by Debbie Dewart, M.A.

In the early 1990’s, John Bradshaw enjoyed enormous popularity as his books climbed best seller lists and PBS featured him in 10-hour segments on numerous occasions. Since then, his name seems to have faded into oblivion. His books are still available at your local bookstore, but only one new book has been published since about 1992. Nevertheless, his ideas of “recovery” are alive and well, not only in the world, but also in the church.


Bradshaw denies that there are eternal laws, saying that “such a world view has been refuted many times over.” He teaches that we should not have “shoulds,” recommending instead that you formulate “your own Ten Commandments.”

Even in the church, it is not unusual to hear contempt for sound doctrine. It is alleged that doctrinal concerns divide believers. “Christian psychologists” are often more focused on being truthful about emotions than about biblical doctrines.

The Bible says that God’s Word is eternal (Psalm ll9:89, l60; 1 Peter 1:24-25).


Bradshaw flatly denies the teaching of original sin, claiming it is “mythical.” He sees young children, as well as “shame-based” adults, as being “premoral,” lacking moral capacity. He denies the Bible’s teaching that man is born with evil and selfish inclinations because of the sin of Adam and Eve.

Although the church may not blatantly deny the reality of sin, the modern psychological focus on self-esteem obscures the gravity of sin and encourages believers to “feel good” about themselves.

The Bible states that sin entered the world at the time of Adam, and through sin, death (Romans 5:12). Scripture confirms that man is conceived and born in a sinful condition (Psalm 51:5).


Bradshaw defines man’s fundamental problem as “toxic shame,” meaning a “rupture of the self with the self” or the “rejection of the self by the self” or the “loss of selfhood.” Bradshaw’s “false belief system” is to say: “I am flawed and defective as a human being. I am a mistake. No one could love me as I am. I need something outside to be whole and OK.”

The church often echoes this perspective by emphasizing self-worth and claiming that Christ died for us because we are so worthwhile. Teachings about self-love and self-forgiveness are similar to Bradshaw’s belief that man experiences a rupture within self.

The Bible teaches that man’s fundamental problem is separation from God (not self) due to his sin. Man is “flawed and defective,” and he does need “something outside,” i.e., Jesus Christ, to be “OK,” to be reconciled to God. Man’s sin has separated him from God (Isaiah 59:2; Ephesians 4:18), but Jesus Christ has rescued believers from the penalty and power of sin (Romans 7:24-25).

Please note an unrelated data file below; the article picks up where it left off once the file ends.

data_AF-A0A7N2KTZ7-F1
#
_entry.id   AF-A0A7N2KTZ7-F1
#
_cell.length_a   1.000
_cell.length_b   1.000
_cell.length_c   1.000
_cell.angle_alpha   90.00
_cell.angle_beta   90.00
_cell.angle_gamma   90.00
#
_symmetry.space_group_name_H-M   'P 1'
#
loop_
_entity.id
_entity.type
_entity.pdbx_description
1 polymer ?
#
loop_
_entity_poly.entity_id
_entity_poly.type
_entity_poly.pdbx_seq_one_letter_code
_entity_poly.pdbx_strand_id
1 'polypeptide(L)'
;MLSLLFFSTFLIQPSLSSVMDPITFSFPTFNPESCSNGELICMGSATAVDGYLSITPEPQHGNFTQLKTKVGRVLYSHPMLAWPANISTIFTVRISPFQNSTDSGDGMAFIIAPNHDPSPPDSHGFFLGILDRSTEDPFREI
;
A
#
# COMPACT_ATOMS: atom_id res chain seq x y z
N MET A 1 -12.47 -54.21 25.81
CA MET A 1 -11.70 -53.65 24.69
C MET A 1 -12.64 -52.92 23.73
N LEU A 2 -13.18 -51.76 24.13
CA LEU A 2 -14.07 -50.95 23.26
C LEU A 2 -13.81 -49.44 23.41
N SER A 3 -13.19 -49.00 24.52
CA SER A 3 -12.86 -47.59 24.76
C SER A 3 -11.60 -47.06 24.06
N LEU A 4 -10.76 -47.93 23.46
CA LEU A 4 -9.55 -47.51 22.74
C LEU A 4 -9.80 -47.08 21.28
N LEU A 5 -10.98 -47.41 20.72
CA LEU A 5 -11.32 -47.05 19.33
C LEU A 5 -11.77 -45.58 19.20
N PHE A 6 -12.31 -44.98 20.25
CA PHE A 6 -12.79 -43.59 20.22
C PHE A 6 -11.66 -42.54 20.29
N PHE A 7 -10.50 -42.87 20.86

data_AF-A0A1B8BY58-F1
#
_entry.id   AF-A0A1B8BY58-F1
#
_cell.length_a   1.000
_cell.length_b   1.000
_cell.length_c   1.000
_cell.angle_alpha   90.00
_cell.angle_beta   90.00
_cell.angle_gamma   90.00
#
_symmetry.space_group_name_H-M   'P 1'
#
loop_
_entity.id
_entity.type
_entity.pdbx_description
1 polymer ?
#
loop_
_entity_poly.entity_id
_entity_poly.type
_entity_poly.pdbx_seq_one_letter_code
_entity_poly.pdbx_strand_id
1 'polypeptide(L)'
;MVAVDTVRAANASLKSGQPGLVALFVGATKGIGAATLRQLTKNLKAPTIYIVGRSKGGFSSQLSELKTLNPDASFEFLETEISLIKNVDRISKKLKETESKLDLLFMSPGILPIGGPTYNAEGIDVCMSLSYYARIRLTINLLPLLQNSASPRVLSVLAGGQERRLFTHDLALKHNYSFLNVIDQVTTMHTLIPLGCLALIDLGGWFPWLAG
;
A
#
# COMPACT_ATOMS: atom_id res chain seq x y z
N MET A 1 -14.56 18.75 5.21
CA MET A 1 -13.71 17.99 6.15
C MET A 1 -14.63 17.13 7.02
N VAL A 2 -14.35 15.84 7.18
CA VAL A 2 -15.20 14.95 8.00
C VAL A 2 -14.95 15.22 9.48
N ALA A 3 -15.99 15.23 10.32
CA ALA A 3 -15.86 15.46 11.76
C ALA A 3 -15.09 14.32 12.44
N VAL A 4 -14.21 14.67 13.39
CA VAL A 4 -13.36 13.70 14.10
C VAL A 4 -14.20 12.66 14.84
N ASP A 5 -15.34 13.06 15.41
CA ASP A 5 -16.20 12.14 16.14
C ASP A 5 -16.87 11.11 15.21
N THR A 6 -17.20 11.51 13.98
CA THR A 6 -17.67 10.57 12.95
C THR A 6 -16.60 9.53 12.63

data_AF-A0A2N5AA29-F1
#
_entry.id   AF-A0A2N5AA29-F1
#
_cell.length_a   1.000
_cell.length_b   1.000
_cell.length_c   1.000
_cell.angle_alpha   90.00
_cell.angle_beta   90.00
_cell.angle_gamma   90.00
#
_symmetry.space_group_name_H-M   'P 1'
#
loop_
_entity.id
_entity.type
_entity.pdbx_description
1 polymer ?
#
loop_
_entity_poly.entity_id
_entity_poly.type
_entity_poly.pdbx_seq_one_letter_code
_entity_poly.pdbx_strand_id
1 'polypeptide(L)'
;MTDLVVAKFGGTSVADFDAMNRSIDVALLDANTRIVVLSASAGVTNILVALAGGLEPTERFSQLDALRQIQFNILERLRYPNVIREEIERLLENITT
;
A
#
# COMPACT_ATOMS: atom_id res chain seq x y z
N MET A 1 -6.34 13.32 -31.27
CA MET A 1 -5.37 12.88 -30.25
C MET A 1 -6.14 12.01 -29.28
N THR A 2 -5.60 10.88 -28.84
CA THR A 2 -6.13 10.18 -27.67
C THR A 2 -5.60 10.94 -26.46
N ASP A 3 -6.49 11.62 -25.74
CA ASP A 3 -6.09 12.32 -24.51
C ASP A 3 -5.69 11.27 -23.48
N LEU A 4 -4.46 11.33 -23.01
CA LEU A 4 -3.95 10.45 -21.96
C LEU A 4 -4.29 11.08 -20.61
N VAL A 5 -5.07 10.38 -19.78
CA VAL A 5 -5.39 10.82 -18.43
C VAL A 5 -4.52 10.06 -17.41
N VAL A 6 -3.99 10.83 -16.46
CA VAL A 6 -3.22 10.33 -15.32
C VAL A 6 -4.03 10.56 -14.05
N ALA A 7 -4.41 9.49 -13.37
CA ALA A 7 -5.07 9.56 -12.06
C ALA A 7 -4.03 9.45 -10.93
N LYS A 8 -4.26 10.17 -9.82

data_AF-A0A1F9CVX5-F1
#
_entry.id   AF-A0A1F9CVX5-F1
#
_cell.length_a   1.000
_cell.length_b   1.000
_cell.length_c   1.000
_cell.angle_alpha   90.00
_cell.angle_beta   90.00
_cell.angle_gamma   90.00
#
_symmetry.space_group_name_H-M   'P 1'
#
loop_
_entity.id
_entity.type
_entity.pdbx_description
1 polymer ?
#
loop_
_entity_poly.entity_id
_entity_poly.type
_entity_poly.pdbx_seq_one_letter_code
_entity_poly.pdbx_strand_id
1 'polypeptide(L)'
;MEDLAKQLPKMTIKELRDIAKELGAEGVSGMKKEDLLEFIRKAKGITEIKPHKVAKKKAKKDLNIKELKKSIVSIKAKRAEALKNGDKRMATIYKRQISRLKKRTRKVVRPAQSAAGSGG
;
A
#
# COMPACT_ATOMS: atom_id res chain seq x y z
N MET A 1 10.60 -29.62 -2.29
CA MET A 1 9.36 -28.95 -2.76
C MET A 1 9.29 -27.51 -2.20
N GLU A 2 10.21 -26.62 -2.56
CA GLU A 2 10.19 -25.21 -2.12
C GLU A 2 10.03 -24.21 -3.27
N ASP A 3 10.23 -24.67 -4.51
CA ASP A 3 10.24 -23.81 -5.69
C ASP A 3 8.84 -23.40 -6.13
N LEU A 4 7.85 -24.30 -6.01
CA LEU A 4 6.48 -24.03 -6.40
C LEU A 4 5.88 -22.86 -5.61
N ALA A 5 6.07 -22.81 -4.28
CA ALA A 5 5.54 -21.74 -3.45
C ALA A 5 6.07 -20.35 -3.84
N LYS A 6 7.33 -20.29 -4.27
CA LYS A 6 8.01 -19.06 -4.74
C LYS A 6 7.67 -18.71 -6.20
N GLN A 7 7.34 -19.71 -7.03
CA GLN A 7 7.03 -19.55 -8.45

Bradshaw uses the term, “I AMness” and says that “my I AMness is like God’s I AMness. When I truly AM, I am most like God.” He urges you to discover this “I AMness,” or “true self,” “authentic self,” “core godlikeness,” “true meaning of perfection.”

The church sometimes misconstrues the image of God to mean that there is a “true self” buried underneath but damaged by the sins of others.

The Bible: Man is created in God’s image (Genesis l:27) but has fallen, due to his sinful rebellion. God alone is the great “I AM” (Exodus 3:l4, l5); that name is His and His alone. The Christian has a new self in Christ (Ephesians 4:22-24; Galatians 2:20; 2 Corinthians 5:l7).


Bradshaw’s book Homecoming is based on the concept of “reclaiming” self, one developmental stage at a time. “Championing your wounded child leads to recovering his spiritual power. With his newfound spiritual power, your self-creation begins” (emphasis added).

So-called “Christian” teachings about “codependency” frequently advocate a “reclaiming” of self rather than sacrificially loving God and others.

The Bible says that man has been redeemed, bought at a great price by the precious blood of Christ (l Peter l:l8, l9; l Corinthians 6:l9, 20). The Christian is a new creation in Christ (2 Corinthians 5:17), no longer to live for self but rather for the glory of God (2 Corinthians 5:15).


Bradshaw: “When push comes to shove, I’ll probably save my own ass first. But you can trust yourself.” Bradshaw says to tell your “inner child” that “you are the only person he will never lose, and that you will never leave him.”

Writings of “Christian psychologists” often encourage readers to trust in their own feelings as well as “recovered” memories.

The Bible states that the person who trusts in self is a fool (Proverbs 28:26; Jeremiah l7:5-8). God says that He will “never leave you nor forsake you” (Joshua l:5; Deuteronomy 3l:l6; Hebrews l3:5).


Bradshaw’s view of forgiveness is selfishly motivated and seen as an exercise where one “re-forms” the past and breaks ties with abusive parents.

Christian psychologists” often counsel people to forgive themselves, and to forgive others primarily in order to find relief for their own emotional pain.